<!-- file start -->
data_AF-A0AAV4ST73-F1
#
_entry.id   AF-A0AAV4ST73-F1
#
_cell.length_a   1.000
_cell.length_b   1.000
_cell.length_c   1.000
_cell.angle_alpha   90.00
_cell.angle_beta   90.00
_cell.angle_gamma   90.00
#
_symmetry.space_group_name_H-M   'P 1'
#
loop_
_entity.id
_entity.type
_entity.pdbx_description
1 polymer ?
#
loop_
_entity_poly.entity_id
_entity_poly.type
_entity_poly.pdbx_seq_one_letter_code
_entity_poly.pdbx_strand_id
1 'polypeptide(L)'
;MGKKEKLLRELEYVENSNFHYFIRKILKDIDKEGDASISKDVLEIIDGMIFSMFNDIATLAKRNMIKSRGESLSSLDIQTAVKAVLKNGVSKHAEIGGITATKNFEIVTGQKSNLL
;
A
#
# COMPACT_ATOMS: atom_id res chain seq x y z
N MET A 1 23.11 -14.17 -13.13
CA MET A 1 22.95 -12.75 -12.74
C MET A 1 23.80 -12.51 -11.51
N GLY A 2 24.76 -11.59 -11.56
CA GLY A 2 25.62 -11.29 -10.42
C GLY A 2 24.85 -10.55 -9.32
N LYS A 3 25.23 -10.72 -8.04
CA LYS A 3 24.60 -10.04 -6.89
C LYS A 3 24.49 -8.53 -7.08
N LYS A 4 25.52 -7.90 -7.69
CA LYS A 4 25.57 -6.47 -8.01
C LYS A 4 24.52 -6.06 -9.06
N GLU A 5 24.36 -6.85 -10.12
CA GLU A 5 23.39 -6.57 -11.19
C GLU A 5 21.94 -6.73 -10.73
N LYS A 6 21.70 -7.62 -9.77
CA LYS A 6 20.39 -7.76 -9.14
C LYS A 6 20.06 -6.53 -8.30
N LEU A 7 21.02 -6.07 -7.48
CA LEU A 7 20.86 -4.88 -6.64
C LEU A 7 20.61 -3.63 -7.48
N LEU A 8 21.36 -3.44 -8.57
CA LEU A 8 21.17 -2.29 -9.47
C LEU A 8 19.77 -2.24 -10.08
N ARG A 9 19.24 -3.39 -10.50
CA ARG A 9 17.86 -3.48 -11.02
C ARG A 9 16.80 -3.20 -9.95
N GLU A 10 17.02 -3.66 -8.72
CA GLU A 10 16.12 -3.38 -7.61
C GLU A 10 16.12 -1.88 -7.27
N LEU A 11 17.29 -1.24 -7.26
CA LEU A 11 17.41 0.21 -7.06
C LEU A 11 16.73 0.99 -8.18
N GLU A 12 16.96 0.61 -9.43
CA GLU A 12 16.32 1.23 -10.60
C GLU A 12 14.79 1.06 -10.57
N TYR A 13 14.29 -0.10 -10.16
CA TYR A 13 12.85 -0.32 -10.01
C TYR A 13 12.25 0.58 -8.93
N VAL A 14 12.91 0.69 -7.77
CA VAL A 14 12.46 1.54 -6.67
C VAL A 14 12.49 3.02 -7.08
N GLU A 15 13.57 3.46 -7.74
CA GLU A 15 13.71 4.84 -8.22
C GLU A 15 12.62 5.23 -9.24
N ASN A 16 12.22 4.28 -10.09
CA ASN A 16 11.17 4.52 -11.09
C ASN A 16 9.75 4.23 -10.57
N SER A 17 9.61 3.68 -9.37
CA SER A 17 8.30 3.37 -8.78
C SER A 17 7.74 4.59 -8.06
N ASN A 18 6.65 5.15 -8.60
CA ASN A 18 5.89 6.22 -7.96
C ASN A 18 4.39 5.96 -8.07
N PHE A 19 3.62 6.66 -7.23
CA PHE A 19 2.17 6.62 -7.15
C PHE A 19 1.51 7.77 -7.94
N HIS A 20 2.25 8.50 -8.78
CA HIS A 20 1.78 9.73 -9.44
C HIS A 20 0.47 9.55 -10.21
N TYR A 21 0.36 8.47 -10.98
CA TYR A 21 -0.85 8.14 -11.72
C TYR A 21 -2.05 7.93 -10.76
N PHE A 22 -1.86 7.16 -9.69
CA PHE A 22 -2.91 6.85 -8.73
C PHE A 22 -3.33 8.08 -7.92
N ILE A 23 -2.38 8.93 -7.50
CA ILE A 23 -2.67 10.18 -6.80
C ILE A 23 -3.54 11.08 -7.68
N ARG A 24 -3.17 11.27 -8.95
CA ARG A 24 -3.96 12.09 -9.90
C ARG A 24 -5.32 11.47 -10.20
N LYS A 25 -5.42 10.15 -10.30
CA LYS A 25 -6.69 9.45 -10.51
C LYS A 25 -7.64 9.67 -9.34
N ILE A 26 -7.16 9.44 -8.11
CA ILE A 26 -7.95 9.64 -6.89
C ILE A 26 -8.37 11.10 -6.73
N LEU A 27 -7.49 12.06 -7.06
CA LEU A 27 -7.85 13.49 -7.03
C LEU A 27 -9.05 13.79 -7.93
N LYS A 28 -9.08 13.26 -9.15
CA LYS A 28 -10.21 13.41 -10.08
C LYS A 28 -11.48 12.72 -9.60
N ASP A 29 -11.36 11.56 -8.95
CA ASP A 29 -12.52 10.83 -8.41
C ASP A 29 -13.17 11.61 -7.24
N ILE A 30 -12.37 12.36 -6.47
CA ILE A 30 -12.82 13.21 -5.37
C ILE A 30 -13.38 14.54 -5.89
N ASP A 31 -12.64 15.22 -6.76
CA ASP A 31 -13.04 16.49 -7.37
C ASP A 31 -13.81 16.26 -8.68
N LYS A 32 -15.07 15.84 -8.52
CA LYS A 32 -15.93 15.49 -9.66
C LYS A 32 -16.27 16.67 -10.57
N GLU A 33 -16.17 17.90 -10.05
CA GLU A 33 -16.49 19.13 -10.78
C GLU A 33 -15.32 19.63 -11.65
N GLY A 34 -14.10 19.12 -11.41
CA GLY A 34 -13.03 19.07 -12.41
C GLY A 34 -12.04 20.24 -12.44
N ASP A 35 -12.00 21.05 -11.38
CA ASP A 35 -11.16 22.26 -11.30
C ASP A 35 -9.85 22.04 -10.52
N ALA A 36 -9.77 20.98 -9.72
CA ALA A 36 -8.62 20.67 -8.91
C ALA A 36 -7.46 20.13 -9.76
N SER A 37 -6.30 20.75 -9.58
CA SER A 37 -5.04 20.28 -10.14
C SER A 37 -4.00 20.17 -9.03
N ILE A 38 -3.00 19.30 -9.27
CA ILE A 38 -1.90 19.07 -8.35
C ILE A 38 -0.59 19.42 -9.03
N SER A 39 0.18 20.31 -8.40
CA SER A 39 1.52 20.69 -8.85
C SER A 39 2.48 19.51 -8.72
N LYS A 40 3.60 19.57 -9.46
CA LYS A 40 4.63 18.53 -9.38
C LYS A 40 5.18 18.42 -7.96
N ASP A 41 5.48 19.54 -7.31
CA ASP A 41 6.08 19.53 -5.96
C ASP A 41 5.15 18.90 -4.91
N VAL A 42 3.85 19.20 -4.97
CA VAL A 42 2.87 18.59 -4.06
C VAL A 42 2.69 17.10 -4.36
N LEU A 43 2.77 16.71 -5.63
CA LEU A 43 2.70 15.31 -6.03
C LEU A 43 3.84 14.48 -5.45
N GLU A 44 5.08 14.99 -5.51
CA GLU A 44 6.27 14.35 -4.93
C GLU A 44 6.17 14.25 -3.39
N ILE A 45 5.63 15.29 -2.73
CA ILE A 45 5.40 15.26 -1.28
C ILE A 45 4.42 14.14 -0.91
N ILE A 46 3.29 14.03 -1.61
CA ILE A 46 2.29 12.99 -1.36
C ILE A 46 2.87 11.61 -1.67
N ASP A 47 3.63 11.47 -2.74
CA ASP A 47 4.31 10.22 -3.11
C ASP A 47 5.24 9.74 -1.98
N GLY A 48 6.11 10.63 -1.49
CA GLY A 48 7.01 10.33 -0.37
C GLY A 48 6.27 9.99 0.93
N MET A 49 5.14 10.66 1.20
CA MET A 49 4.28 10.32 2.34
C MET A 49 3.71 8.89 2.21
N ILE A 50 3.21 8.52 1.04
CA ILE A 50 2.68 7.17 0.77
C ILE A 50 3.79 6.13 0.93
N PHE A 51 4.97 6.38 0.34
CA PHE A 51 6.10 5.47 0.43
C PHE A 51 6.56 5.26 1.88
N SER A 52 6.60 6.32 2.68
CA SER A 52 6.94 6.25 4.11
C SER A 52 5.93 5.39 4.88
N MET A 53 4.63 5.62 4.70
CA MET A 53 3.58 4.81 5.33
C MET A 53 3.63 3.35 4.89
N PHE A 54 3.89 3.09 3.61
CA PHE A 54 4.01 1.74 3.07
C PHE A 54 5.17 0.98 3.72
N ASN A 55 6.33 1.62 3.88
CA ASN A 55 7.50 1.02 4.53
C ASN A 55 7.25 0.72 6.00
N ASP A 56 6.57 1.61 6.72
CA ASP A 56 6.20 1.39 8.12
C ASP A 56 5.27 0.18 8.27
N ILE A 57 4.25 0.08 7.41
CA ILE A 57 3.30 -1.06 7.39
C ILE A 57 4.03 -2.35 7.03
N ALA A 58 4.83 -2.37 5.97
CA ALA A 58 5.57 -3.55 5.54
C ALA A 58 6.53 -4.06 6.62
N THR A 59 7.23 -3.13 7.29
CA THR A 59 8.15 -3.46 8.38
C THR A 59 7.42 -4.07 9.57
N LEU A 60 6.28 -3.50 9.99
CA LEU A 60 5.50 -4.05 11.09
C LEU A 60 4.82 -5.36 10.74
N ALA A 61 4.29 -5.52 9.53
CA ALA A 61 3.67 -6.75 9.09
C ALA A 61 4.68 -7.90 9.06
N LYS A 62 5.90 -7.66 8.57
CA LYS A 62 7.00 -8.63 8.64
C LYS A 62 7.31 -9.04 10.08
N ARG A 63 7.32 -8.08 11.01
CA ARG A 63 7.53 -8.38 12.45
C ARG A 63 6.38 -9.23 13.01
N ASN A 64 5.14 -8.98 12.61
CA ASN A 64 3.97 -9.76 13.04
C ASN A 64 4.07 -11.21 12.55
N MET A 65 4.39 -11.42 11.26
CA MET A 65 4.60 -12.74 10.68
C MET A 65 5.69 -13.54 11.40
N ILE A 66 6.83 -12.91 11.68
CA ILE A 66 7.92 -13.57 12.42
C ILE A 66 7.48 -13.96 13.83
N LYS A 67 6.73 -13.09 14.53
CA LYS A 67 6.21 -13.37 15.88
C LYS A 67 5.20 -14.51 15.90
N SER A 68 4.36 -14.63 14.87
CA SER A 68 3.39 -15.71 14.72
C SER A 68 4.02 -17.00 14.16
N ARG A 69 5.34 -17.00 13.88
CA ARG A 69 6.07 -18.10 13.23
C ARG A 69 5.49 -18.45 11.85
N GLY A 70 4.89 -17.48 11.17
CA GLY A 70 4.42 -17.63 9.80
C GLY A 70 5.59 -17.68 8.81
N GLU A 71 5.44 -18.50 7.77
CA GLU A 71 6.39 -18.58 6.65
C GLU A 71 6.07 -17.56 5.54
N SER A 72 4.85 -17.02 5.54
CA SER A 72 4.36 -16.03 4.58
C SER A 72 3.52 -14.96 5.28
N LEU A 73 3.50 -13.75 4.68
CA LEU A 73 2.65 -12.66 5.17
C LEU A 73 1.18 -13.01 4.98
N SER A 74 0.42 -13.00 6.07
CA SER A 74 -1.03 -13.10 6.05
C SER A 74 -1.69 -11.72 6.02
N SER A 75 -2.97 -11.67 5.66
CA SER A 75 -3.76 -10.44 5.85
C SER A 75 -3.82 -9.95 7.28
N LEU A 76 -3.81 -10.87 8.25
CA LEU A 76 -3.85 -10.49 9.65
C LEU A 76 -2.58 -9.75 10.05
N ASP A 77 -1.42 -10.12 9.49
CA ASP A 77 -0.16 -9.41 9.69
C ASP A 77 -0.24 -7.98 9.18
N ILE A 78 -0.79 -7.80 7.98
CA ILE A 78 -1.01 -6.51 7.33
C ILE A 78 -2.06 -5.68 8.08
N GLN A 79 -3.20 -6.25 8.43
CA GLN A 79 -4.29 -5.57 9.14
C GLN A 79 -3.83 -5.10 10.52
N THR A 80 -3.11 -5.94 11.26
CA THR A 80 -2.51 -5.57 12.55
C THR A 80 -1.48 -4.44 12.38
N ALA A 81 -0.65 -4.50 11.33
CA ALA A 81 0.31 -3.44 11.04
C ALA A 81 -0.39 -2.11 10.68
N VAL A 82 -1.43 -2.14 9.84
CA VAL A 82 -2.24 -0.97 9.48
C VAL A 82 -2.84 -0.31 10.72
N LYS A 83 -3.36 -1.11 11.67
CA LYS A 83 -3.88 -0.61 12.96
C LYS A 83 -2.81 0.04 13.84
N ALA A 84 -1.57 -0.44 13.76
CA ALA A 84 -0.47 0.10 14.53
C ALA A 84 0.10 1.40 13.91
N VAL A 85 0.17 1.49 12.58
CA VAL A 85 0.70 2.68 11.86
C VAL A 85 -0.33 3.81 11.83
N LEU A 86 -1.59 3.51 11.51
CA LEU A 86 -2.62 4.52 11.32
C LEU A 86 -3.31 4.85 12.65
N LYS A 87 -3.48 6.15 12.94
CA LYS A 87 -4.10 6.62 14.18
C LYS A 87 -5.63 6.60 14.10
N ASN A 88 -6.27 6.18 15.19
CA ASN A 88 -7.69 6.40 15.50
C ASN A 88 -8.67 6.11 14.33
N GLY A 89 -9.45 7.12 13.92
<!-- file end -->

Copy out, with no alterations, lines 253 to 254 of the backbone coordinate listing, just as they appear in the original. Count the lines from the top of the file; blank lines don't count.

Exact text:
N SER A 75 -2.97 -11.67 5.66
CA SER A 75 -3.76 -10.44 5.85